The Myanmar military said Thursday that it seized an Arakan Army temporary camp in Rakhine state’s Buthidaung township a day earlier, where it found five dead bodies and weapons amid ongoing hostilities with the rebel forces in the region.
When government troops seized the camp in Thayet Pyin village, they also found two rifles and other weapons, according to a statement issued Wednesday by the military Commander-in-Chief’s Office.
Colonel Win Zaw Oo from the government army's Western Military Command, which oversees operations in Rakhine state, told RFA’s Myanmar Service that soldiers took hold of the camp while performing clearance operations in the region, where fighting flared up last month.
“The AA’s strategy is to start the fighting near villages,” he said. “We assume that the AA is doing it on purpose to create instability in the region and to make people worried and live in fear.”
Myanmar forces also engaged in a firefight with about 50 AA soldiers, the statement said.
No one from the Myanmar side was injured, it said.
The AA, however, denied that the reported fighting occurred and that Myanmar forces had captured one of its camps.
“It is not true that government army got our post,” said AA spokesman Khine Thukha. “There wasn't any fighting between us and them on Jan. 16. The government military creates this fake news to cover what it really does.”
When RFA called Buthidaung lawmakers and locals in the region to comment on the latest clash, they said they were not aware of it.
The national army said it will continue clearance operations against AA for regional security purposes.
Fighting between the two sides has escalated in Rakhine state since early December, displacing an estimated 6,000 civilians, some of whom have limited or no access to food supplies due to restrictions put in place by Myanmar military authorities to supposedly stop food from reaching the insurgents.
Clashes in northern Rakhine state intensified after Jan. 4 when the AA, which is fighting for greater autonomy in the state, attacked four police outposts in the region, killing 13 policemen and wounding nine others.
Aid group wants access to Rakhine
Geneva-based Doctors Without Borders (MSF) asked the Myanmar government on Thursday to allow the relief organization to help displaced civilians who need emergency assistance.
MSF said in a statement that its members are ready in Sittwe and Maungdaw township to help displaced people, and that it has asked the Ministry of Health and Sports to allow them to provide health care for them.
The organization also asked the ministry to allow aid to flow to displaced people in Rakhine state, though the government said that depends upon other agencies as well.
Than Htun Aung, the ministry’s deputy director, said he had not yet received an official request from MSF, but that cooperation from the Rakhine state government would be needed.
In 2017, the Myanmar government turned down a request by MSF to allow it to provide health care in Rakhine state following deadly attacks by the Muslim militant group the Arakan Rohingya Salvation Army (ARSA) that sparked a brutal crackdown on Rohingya communities that drove more than 725,000 members of the minority group to neighboring Bangladesh.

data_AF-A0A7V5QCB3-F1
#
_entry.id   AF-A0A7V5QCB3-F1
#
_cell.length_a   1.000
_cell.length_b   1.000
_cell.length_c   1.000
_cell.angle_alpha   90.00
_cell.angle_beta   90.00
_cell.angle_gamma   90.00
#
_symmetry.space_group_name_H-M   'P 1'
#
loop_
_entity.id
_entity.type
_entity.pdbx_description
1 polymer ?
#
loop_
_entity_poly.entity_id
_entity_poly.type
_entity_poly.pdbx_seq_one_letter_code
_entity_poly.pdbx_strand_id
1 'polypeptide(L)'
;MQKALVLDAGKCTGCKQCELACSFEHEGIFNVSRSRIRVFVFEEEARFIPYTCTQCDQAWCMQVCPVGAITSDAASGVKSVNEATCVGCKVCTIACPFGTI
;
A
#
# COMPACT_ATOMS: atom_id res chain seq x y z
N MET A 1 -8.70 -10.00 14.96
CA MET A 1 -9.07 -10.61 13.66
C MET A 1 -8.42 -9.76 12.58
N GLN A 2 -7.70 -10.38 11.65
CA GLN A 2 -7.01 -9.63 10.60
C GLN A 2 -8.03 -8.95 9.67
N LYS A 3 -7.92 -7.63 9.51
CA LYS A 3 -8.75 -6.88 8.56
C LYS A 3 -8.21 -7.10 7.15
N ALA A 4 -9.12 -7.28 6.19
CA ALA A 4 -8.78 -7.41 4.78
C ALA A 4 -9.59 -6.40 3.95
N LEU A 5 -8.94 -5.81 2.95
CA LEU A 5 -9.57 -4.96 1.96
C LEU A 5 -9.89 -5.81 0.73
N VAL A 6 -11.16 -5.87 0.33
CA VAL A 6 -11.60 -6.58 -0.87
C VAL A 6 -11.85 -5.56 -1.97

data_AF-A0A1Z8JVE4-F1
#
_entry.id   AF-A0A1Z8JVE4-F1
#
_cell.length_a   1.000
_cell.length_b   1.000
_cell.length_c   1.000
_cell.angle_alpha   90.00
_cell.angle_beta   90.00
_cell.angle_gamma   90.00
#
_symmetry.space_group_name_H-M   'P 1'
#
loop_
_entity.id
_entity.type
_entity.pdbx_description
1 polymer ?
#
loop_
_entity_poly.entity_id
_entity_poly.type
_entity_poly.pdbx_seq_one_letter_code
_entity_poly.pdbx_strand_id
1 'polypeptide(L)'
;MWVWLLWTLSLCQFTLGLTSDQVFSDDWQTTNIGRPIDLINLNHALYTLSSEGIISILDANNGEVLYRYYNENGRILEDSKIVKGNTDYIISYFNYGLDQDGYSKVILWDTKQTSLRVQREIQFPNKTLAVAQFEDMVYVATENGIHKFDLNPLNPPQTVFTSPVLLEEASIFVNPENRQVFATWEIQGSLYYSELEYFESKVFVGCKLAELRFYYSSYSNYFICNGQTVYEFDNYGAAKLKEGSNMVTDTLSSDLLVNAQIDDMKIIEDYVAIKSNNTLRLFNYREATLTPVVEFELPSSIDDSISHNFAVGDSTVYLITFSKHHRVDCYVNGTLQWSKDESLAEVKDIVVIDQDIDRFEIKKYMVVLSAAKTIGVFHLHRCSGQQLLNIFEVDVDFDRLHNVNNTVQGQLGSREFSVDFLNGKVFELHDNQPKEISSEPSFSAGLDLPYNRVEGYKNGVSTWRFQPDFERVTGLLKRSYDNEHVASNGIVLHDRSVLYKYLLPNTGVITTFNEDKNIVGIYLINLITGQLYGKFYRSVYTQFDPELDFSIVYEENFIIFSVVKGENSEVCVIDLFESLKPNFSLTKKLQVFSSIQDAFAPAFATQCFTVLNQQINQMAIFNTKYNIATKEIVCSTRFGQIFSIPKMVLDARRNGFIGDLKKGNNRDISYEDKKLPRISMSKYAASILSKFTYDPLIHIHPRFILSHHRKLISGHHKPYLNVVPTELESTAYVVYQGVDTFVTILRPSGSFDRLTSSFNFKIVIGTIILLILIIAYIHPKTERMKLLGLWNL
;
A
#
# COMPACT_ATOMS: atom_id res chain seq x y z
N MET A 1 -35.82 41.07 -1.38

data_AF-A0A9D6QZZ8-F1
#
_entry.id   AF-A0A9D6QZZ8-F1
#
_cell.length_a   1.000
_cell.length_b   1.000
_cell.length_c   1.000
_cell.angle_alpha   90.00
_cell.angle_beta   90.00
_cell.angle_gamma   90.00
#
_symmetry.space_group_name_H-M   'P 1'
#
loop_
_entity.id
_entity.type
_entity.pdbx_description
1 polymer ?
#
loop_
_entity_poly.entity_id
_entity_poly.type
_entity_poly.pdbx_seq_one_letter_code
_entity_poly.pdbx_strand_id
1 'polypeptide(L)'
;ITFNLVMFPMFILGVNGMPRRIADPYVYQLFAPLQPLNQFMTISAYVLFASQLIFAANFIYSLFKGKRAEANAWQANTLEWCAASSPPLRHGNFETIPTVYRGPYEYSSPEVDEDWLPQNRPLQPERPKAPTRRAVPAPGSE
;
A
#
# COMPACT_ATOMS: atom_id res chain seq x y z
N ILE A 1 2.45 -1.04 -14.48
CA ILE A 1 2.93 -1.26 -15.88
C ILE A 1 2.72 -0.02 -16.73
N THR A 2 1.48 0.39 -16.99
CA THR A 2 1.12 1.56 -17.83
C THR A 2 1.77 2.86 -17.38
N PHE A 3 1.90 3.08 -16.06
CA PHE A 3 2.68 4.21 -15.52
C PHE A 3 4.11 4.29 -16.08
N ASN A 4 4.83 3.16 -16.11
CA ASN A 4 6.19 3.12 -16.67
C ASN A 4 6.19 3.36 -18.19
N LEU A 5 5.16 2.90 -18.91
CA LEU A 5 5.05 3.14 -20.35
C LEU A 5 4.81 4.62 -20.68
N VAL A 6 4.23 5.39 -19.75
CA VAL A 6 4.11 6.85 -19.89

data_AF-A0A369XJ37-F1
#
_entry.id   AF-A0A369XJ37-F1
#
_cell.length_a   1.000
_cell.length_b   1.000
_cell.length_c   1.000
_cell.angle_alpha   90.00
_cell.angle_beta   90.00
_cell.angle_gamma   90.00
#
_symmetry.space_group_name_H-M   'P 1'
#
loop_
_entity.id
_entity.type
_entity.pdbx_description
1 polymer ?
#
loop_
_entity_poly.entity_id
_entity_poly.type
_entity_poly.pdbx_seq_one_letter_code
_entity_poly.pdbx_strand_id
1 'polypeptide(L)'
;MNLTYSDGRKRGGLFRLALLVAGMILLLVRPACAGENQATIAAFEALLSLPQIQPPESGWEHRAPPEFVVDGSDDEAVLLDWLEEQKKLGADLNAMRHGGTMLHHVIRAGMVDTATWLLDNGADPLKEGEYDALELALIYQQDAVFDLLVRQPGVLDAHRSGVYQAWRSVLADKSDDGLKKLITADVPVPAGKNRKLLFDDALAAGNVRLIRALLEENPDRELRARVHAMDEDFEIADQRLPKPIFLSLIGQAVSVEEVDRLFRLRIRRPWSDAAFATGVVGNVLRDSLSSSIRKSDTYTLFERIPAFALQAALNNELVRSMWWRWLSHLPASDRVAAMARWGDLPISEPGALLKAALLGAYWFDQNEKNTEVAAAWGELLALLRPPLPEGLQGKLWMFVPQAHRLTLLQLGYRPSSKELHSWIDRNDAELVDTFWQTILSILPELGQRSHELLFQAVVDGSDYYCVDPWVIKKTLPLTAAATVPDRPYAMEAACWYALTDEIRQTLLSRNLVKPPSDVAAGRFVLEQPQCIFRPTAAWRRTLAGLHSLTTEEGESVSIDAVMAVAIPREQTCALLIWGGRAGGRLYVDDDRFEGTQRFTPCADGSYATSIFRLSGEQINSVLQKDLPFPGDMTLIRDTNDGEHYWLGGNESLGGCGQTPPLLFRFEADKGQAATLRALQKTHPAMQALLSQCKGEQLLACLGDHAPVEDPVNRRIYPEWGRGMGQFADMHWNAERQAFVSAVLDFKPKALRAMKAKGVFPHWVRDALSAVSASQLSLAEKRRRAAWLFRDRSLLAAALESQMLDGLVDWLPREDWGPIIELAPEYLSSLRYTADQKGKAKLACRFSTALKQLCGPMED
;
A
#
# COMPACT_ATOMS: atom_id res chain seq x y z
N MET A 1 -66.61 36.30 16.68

In addition to MSF’s call, the All-Rakhine Unity Committee, a political and social organization in Rakhine state, has demanded that the government grant access to aid groups to help displaced civilians in war-ravaged areas.
The committee also urged the government and military not to block aid to displaced residents and called on them to make plans for organizations or individuals who want to help them.
During a meeting on Wednesday at the headquarters of the Arakan National Party (ANP) in Sittwe, the committee also denounced comments last week by government spokesman Zaw Htay claiming that the AA has links to ARSA, and called on Rakhine residents to stop supporting the insurgent group.
Zaw Zaw Tun, chairman of Rakhine Nationalities Union, which is a committee member, told RFA that his group would like to urge the government to make remarks or issue statements pertaining to the state only after it examines them from different perspectives.
The group’s statement also said that the exclusion of Rakhine state from a temporary unilateral cease-fire that the Myanmar military declared in five military regions in December to try to revive the country's shaky peace process has complicated the situation in the state. The committee urged the military to end the hostilities and engage in discussions with the AA.
Call for independent Kachin state
In Myanmar’s war-torn Kachin state, where the government military has been battling the Kachin Independence Army (KIA) but which is now under the temporary cease-fire, local civil society organizations, cultural groups, and religious leaders have expressed a willingness to establish an independent Kachin state.
A statement the groups issued following a three-day conference in Chiang Mai, Thailand, indicated that a peaceful solution will be sought to establish an independent state, in consultation with all ethnic groups in the region as well as government officials, said Naw Lat, one of the organizers of the ethnic Kachin conference.
He said the Myanmar government should not regard the statement as a problem and urged officials to pay serious attention to the call by the Kachin public and to hold talk with relevant organizations.
Naw Lat also said that the conference concluded that sovereignty of Kachin state lies solely in the hands of the Kachin people and that attendees have pledged to protect the interests of the ethnic minority group.
Reported by Kyaw Thu, Thet Su Aung, and Kyaw Tun Naing. Translated by Khet Mar and Nandar Chann. Written in English by Roseanne Gerin.